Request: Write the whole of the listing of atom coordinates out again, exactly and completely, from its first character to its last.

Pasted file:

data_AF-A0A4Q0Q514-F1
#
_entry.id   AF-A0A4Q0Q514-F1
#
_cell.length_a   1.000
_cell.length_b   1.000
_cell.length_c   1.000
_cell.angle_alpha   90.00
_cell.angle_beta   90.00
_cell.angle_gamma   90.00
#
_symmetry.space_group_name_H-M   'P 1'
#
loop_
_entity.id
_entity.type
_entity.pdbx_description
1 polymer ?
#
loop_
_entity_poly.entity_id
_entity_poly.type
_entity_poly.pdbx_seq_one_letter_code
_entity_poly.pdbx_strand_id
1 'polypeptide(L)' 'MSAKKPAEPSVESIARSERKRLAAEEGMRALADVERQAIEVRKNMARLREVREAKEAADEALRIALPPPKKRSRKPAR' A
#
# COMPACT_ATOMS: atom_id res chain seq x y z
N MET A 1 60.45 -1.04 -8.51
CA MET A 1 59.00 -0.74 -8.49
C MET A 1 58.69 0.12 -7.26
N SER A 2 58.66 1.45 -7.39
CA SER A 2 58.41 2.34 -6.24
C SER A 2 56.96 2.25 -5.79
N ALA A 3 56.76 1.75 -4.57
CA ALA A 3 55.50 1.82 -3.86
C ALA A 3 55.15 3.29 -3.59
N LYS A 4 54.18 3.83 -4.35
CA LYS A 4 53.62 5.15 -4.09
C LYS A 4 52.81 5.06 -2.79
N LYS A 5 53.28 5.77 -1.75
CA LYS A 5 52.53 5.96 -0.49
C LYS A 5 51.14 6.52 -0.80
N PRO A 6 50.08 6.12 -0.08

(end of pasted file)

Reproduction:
data_AF-A0A4Q0Q514-F1
#
_entry.id   AF-A0A4Q0Q514-F1
#
_cell.length_a   1.000
_cell.length_b   1.000
_cell.length_c   1.000
_cell.angle_alpha   90.00
_cell.angle_beta   90.00
_cell.angle_gamma   90.00
#
_symmetry.space_group_name_H-M   'P 1'
#
loop_
_entity.id
_entity.type
_entity.pdbx_description
1 polymer ?
#
loop_
_entity_poly.entity_id
_entity_poly.type
_entity_poly.pdbx_seq_one_letter_code
_entity_poly.pdbx_strand_id
1 'polypeptide(L)' 'MSAKKPAEPSVESIARSERKRLAAEEGMRALADVERQAIEVRKNMARLREVREAKEAADEALRIALPPPKKRSRKPAR' A
#
# COMPACT_ATOMS: atom_id res chain seq x y z
N MET A 1 60.45 -1.04 -8.51
CA MET A 1 59.00 -0.74 -8.49
C MET A 1 58.69 0.12 -7.26
N SER A 2 58.66 1.45 -7.39
CA SER A 2 58.41 2.34 -6.24
C SER A 2 56.96 2.25 -5.79
N ALA A 3 56.76 1.75 -4.57
CA ALA A 3 55.50 1.82 -3.86
C ALA A 3 55.15 3.29 -3.59
N LYS A 4 54.18 3.83 -4.35
CA LYS A 4 53.62 5.15 -4.09
C LYS A 4 52.81 5.06 -2.79
N LYS A 5 53.28 5.77 -1.75
CA LYS A 5 52.53 5.96 -0.49
C LYS A 5 51.14 6.52 -0.80
N PRO A 6 50.08 6.12 -0.08